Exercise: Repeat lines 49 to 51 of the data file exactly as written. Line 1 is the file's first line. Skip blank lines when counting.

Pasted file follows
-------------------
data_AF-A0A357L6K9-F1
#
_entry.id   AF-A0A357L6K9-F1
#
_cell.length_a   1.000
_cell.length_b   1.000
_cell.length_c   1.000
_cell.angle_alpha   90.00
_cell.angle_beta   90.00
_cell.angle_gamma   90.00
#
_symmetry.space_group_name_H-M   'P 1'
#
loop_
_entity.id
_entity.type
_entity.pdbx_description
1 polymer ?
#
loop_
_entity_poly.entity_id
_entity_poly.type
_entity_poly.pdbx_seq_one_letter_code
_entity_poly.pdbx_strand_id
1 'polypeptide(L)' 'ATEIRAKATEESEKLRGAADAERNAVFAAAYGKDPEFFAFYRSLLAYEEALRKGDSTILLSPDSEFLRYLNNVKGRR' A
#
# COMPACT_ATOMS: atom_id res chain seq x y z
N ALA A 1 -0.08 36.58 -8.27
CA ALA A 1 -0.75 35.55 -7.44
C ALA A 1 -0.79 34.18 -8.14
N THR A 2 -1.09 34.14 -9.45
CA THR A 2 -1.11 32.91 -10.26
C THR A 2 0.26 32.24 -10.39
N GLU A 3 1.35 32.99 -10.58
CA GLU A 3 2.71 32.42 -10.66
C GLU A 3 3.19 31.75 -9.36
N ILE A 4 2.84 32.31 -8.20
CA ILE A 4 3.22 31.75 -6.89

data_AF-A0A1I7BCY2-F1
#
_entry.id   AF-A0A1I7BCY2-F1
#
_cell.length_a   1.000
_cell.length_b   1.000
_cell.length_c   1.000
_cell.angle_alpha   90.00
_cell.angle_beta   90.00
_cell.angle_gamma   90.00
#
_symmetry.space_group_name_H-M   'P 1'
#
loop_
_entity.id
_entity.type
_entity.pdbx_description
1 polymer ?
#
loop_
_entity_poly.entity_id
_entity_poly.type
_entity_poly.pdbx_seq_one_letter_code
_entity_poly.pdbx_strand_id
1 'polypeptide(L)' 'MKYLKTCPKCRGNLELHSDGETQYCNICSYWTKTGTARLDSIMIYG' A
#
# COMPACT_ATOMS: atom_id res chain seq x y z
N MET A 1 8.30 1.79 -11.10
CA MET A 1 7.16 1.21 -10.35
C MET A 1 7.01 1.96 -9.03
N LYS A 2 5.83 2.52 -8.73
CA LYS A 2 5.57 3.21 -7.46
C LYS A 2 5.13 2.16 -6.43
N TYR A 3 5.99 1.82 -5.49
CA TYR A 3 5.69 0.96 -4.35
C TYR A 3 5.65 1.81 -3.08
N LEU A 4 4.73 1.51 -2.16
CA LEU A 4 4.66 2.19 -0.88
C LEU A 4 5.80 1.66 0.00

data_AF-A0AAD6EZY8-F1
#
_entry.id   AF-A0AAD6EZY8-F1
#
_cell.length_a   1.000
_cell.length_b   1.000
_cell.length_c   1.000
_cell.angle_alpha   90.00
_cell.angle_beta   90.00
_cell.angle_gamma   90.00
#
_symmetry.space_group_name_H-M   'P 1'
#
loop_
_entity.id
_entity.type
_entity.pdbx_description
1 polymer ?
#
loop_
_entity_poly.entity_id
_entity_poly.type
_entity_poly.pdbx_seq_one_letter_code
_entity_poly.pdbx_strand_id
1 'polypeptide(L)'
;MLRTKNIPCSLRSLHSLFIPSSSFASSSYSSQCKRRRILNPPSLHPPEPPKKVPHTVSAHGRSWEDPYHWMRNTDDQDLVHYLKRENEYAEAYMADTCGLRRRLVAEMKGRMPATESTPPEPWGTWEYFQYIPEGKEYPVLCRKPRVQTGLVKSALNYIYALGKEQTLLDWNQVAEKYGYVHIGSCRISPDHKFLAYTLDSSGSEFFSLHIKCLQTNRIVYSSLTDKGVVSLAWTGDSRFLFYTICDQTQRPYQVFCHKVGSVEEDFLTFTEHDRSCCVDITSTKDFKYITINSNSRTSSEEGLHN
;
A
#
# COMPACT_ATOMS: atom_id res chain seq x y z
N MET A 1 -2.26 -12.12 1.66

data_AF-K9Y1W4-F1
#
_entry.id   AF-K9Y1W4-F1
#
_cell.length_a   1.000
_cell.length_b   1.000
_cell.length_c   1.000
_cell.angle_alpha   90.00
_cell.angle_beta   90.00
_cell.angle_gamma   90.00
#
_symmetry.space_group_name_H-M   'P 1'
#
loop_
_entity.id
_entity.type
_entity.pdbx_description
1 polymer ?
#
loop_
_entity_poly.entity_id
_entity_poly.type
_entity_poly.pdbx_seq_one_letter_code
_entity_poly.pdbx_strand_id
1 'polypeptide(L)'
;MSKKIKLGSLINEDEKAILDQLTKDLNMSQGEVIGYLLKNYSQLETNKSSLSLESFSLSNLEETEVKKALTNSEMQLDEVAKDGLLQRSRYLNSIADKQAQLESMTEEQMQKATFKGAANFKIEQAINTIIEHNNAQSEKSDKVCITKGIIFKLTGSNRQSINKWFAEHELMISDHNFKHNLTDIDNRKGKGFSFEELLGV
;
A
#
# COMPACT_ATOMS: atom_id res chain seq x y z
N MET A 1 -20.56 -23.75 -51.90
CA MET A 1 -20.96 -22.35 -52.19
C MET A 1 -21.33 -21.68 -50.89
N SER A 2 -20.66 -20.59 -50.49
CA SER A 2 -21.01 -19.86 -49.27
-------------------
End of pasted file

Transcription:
#
_symmetry.space_group_name_H-M   'P 1'
#